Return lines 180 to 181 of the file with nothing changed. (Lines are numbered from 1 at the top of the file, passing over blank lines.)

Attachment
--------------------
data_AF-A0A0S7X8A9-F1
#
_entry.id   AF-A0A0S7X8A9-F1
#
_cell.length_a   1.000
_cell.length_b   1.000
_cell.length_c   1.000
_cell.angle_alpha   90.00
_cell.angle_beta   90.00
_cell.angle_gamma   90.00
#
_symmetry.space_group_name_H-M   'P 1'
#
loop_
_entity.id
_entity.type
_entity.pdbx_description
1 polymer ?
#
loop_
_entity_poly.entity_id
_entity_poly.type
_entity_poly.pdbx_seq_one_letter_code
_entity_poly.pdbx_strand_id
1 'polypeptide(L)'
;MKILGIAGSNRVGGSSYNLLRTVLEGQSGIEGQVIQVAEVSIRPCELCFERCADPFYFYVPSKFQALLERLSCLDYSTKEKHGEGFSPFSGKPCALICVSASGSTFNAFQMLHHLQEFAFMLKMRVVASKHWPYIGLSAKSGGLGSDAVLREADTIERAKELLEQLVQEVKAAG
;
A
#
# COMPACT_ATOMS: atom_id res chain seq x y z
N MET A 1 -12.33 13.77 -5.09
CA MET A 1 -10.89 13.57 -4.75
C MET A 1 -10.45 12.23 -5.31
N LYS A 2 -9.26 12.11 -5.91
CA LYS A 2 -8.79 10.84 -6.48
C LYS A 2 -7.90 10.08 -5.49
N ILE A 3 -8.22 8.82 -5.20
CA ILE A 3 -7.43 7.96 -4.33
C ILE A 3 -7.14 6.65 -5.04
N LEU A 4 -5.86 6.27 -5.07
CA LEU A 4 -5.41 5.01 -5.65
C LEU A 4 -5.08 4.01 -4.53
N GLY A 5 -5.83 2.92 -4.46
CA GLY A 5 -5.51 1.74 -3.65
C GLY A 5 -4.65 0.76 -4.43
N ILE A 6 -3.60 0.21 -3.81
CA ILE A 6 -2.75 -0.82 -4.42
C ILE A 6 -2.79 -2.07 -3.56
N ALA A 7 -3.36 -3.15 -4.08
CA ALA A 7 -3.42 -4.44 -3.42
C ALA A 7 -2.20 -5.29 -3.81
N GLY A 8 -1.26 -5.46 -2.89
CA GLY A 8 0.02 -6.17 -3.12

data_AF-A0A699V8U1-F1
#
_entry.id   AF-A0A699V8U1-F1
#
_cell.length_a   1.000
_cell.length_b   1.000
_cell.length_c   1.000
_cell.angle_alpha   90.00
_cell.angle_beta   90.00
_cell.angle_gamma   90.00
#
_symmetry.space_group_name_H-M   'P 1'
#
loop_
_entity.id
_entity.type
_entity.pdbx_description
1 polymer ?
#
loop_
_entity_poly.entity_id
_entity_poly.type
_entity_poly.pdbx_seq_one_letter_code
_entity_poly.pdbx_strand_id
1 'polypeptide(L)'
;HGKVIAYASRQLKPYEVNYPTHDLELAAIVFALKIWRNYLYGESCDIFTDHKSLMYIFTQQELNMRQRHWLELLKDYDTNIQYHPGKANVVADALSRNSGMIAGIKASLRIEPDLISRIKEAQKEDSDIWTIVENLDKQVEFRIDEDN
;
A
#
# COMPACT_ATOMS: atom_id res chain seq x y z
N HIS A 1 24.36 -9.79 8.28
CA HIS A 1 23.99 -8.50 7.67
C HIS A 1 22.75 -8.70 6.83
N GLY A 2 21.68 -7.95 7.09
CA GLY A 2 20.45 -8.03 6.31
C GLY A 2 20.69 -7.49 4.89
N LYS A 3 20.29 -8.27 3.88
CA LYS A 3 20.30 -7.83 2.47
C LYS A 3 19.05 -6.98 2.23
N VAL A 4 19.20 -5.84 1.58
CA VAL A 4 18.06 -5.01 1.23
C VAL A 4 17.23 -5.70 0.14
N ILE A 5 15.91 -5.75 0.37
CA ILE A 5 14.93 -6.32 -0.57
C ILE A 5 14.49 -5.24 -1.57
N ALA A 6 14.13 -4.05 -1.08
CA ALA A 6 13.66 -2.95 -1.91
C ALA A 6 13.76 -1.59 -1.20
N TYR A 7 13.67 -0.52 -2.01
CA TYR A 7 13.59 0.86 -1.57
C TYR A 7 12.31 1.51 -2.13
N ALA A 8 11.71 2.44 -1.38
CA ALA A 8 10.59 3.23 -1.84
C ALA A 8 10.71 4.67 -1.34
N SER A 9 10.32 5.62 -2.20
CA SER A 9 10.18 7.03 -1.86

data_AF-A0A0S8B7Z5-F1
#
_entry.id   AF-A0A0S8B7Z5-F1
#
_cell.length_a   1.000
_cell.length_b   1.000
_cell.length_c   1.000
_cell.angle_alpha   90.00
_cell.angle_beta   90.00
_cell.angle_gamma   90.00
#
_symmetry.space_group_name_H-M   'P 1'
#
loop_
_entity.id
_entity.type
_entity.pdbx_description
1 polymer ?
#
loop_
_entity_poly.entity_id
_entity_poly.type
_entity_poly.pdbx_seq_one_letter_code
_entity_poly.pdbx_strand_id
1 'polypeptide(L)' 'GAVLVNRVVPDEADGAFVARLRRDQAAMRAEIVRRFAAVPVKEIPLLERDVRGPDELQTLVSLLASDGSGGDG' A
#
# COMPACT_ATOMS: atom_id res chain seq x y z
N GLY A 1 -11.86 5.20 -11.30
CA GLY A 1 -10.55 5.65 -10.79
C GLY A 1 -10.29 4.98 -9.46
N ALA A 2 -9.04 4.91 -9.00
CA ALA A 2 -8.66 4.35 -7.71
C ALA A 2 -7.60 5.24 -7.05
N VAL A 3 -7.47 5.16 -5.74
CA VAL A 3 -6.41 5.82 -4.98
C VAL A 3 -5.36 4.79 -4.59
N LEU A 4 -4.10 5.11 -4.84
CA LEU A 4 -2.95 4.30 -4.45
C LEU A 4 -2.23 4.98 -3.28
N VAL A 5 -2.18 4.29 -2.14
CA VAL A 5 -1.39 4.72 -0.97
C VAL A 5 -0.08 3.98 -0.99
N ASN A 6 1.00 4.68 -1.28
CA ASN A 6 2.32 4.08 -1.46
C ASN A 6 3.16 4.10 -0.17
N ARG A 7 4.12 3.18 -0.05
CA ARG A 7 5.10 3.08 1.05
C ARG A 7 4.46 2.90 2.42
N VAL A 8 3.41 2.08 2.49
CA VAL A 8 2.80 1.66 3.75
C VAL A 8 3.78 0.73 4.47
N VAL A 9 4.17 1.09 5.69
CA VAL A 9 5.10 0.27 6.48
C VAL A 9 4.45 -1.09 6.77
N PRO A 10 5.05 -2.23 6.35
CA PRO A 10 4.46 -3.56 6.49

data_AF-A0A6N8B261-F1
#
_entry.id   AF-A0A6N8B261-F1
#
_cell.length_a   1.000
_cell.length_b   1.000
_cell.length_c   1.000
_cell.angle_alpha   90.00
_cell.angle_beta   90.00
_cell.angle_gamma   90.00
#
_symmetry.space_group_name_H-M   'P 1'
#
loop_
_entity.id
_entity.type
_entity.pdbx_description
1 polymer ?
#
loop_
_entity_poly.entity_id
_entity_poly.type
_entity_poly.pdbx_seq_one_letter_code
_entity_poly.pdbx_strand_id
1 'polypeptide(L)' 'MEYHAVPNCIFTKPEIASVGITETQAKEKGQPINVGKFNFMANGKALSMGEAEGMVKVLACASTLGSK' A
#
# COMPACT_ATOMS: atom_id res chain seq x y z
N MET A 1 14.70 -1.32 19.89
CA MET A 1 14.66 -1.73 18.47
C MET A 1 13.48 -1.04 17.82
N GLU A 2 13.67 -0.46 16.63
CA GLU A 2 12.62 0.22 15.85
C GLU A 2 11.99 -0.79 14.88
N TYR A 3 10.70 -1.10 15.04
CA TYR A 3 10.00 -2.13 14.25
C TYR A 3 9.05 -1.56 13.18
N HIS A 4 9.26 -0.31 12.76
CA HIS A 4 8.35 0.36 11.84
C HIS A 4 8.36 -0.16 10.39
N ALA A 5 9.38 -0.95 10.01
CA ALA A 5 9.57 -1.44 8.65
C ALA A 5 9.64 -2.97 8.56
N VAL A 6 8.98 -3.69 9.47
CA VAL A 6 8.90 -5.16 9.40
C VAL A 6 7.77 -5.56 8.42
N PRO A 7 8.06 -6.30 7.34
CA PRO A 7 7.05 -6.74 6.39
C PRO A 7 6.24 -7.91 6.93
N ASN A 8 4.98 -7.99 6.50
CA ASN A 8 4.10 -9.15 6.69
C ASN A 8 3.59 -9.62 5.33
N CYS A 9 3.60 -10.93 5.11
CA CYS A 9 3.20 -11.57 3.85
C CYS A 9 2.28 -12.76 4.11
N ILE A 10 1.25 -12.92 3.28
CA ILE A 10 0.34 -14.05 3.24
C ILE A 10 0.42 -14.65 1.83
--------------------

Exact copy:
_entity.id
_entity.type